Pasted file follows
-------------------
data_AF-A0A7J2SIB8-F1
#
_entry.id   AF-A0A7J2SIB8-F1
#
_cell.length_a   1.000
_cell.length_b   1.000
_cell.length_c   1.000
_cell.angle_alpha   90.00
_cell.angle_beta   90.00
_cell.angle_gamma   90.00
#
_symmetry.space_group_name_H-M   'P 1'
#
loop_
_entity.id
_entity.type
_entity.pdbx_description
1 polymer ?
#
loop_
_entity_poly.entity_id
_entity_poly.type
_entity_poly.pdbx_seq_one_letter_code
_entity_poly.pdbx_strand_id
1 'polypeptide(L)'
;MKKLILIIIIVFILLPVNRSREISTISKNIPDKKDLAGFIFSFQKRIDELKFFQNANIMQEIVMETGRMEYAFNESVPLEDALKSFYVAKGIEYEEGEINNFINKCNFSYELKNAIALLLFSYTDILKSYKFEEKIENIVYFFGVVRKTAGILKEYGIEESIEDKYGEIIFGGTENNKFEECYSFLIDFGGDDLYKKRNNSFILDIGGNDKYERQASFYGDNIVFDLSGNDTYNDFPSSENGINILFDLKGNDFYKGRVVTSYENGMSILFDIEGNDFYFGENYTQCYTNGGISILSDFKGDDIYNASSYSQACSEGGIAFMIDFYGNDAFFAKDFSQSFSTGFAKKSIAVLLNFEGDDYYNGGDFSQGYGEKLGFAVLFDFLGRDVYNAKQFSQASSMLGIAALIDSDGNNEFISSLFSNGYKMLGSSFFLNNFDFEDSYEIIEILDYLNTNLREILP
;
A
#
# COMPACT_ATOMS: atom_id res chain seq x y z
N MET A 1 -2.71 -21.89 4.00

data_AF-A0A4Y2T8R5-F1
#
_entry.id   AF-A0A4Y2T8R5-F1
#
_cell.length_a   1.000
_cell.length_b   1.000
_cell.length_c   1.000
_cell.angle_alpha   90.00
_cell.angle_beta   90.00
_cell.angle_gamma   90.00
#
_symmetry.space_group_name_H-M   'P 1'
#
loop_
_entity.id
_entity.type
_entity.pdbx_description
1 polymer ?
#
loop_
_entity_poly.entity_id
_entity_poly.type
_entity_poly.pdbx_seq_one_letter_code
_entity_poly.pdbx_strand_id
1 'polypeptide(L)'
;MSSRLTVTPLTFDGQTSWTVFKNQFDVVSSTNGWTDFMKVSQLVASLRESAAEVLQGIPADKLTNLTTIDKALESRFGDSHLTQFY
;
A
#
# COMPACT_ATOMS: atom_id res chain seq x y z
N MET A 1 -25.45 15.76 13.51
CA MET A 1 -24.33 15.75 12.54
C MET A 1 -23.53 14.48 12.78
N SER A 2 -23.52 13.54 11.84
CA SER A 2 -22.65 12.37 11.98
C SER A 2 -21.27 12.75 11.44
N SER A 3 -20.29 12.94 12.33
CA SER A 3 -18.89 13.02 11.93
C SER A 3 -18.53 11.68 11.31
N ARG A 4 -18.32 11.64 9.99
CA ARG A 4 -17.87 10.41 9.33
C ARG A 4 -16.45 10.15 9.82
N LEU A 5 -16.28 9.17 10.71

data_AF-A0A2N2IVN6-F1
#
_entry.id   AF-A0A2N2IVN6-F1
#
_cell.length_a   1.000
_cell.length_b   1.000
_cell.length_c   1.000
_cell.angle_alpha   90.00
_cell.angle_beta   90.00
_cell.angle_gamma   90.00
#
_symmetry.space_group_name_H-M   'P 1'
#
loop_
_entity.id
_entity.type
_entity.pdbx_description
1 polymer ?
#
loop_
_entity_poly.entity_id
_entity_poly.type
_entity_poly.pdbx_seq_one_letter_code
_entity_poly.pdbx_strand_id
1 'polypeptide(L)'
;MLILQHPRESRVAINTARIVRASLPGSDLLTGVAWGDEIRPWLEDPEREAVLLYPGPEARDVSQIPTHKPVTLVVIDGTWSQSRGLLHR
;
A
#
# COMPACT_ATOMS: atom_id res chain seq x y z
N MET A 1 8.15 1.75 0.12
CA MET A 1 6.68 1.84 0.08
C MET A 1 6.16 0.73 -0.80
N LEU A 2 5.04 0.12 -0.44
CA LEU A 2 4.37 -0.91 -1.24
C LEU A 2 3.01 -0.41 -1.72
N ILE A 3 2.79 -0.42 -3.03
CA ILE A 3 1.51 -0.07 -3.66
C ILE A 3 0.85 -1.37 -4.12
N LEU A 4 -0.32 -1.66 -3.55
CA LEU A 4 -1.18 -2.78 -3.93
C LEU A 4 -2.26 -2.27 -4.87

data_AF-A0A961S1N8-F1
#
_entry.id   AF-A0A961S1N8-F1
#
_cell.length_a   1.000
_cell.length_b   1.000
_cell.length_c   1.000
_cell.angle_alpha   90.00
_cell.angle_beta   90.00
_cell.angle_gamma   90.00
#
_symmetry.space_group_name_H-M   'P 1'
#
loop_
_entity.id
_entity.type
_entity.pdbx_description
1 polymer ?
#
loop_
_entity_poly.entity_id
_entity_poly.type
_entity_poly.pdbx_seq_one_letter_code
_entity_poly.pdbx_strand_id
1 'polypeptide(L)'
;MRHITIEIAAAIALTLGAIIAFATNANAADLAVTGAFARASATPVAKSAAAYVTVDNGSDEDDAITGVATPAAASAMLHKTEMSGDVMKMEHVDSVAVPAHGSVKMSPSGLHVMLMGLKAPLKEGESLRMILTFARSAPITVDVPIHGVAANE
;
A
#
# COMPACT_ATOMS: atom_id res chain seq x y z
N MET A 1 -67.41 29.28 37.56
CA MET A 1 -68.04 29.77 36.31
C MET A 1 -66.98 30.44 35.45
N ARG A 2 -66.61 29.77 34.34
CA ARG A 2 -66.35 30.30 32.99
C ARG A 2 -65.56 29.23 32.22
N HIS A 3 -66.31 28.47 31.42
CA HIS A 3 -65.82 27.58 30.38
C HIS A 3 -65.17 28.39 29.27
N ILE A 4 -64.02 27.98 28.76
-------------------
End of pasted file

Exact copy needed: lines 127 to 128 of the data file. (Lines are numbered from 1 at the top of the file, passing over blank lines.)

#
_symmetry.space_group_name_H-M   'P 1'